Les philantropes


Italienne de naissance, Kuki Gallmann s'est installée au Kenya en 1972, dont elle a obtenu plus tard la nationalité.


Après la mort tragique de son mari et de son fils, elle a consacré sa vie à la coexistence entre population et vie sauvage à travers la gestion de la réserve Ol Ari Nyiro dans la Rift Valley (devenue entretemps le plus récent parc national Kenyan, Laikipia Nature Conservancy*), et la création de la fondation Gallmann Memorial Foundation (voir par ailleurs)

Malheureusement 16 000 ha de ce parc sont partis en fumée début mars 2015, incendie probablement déclenché par des bergers locaux.

Kuki Gallmann a également écrit 5 livres, dont une autobiographie "I dreamed of Africa", dont un film a été tiré.

Fascinated by Africa, Gallmann moved to Kenya in 1972 with her husband Paolo and son Emanuele, and acquired Ol ari Nyiro, a 98,000 acre estate in Western Laikipia, in Kenya's Great Rift Valley. At the time the estate was still a cattle ranch, which she would later transform into a conservation park. Both her husband and son eventually died in tragic accidents within a few years.

Kuki decided to stay on in Kenya and to make a difference. She chose to work toward ecological conservation in the early '80s, becoming a Kenyan citizen. As a living memorial to Paolo and Emanuele, she established the Gallmann Memorial Foundation (GMF), which promotes coexistence of people and nature in Africa and is active in education, biodiversity research, habitat protection, reforestation, community service, peace and reconciliation, poverty alleviation and public health. GMF promotes environmental education of Kenyan students. She dedicated Ol ari Nyiro to this ideal, converting it into the Laikipia Nature Conservancy.[1]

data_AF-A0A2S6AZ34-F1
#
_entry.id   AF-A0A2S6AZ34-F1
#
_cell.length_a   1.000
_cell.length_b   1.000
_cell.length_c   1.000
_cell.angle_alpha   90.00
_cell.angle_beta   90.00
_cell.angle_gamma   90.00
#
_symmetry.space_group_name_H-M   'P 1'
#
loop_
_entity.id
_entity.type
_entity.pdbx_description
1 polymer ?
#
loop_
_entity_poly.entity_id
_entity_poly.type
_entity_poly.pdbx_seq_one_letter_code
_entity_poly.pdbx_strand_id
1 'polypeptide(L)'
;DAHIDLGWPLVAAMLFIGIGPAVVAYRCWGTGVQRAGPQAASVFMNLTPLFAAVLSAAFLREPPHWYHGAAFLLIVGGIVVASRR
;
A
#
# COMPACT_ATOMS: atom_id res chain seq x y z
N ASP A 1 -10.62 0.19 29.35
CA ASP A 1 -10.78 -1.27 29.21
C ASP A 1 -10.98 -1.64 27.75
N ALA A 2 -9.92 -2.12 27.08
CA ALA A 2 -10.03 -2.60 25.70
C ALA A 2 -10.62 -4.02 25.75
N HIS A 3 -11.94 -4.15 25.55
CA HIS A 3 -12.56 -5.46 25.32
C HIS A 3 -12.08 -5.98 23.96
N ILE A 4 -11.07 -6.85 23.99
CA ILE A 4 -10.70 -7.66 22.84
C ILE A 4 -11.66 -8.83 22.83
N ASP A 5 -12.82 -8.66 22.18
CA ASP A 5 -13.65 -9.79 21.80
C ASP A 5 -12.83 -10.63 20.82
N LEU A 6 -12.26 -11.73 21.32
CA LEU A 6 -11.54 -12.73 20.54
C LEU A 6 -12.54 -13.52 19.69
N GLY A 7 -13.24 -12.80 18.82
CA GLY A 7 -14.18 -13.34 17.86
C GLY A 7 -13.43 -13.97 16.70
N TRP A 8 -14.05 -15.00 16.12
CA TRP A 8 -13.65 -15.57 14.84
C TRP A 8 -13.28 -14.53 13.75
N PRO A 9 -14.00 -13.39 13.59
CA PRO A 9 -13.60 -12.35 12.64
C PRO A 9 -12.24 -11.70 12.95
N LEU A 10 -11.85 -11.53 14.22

Gallmann published five books, all global best-sellers. The first, her autobiography I Dreamed Of Africa, became a feature film.

* Laikipia Nature Conservancy is a biodiversity oasis that supports and protects an extraordinary variety of plants and animals, the only pristine forest in the area, which includes endangered species such as elephants, cheetah, over 470 species of birds and rare and endemic plants and insects, in addition to archaeological sites.




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BAER Karl Ernest von